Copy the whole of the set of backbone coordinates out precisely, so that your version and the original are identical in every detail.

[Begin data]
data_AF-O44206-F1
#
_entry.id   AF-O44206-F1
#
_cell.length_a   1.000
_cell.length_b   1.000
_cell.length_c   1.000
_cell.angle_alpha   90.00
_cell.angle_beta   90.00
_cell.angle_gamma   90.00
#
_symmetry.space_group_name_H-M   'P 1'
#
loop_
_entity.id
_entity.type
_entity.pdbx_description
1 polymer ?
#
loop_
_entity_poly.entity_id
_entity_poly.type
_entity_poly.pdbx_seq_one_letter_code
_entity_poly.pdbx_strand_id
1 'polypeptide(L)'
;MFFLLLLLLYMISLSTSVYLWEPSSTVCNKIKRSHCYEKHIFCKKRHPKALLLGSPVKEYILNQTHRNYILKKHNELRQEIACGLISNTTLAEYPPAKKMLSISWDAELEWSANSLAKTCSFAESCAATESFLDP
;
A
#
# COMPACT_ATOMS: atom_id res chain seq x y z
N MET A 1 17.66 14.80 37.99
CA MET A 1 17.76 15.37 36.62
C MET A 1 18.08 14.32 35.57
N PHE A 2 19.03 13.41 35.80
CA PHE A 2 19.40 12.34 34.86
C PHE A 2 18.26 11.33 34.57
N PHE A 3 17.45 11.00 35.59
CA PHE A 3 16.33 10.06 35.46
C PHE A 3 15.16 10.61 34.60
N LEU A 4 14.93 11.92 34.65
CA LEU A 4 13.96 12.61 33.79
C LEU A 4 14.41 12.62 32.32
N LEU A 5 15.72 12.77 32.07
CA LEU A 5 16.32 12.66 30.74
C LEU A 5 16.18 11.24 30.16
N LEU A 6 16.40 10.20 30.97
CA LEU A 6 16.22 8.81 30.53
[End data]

data_AF-O44206-F1
#
_entry.id   AF-O44206-F1
#
_cell.length_a   1.000
_cell.length_b   1.000
_cell.length_c   1.000
_cell.angle_alpha   90.00
_cell.angle_beta   90.00
_cell.angle_gamma   90.00
#
_symmetry.space_group_name_H-M   'P 1'
#
loop_
_entity.id
_entity.type
_entity.pdbx_description
1 polymer ?
#
loop_
_entity_poly.entity_id
_entity_poly.type
_entity_poly.pdbx_seq_one_letter_code
_entity_poly.pdbx_strand_id
1 'polypeptide(L)'
;MFFLLLLLLYMISLSTSVYLWEPSSTVCNKIKRSHCYEKHIFCKKRHPKALLLGSPVKEYILNQTHRNYILKKHNELRQEIACGLISNTTLAEYPPAKKMLSISWDAELEWSANSLAKTCSFAESCAATESFLDP
;
A
#
# COMPACT_ATOMS: atom_id res chain seq x y z
N MET A 1 17.66 14.80 37.99
CA MET A 1 17.76 15.37 36.62
C MET A 1 18.08 14.32 35.57
N PHE A 2 19.03 13.41 35.80
CA PHE A 2 19.40 12.34 34.86
C PHE A 2 18.26 11.33 34.57
N PHE A 3 17.45 11.00 35.59
CA PHE A 3 16.33 10.06 35.46
C PHE A 3 15.16 10.61 34.60
N LEU A 4 14.93 11.92 34.65
CA LEU A 4 13.96 12.61 33.79
C LEU A 4 14.41 12.62 32.32
N LEU A 5 15.72 12.77 32.07
CA LEU A 5 16.32 12.66 30.74
C LEU A 5 16.18 11.24 30.16
N LEU A 6 16.40 10.20 30.97
CA LEU A 6 16.22 8.81 30.53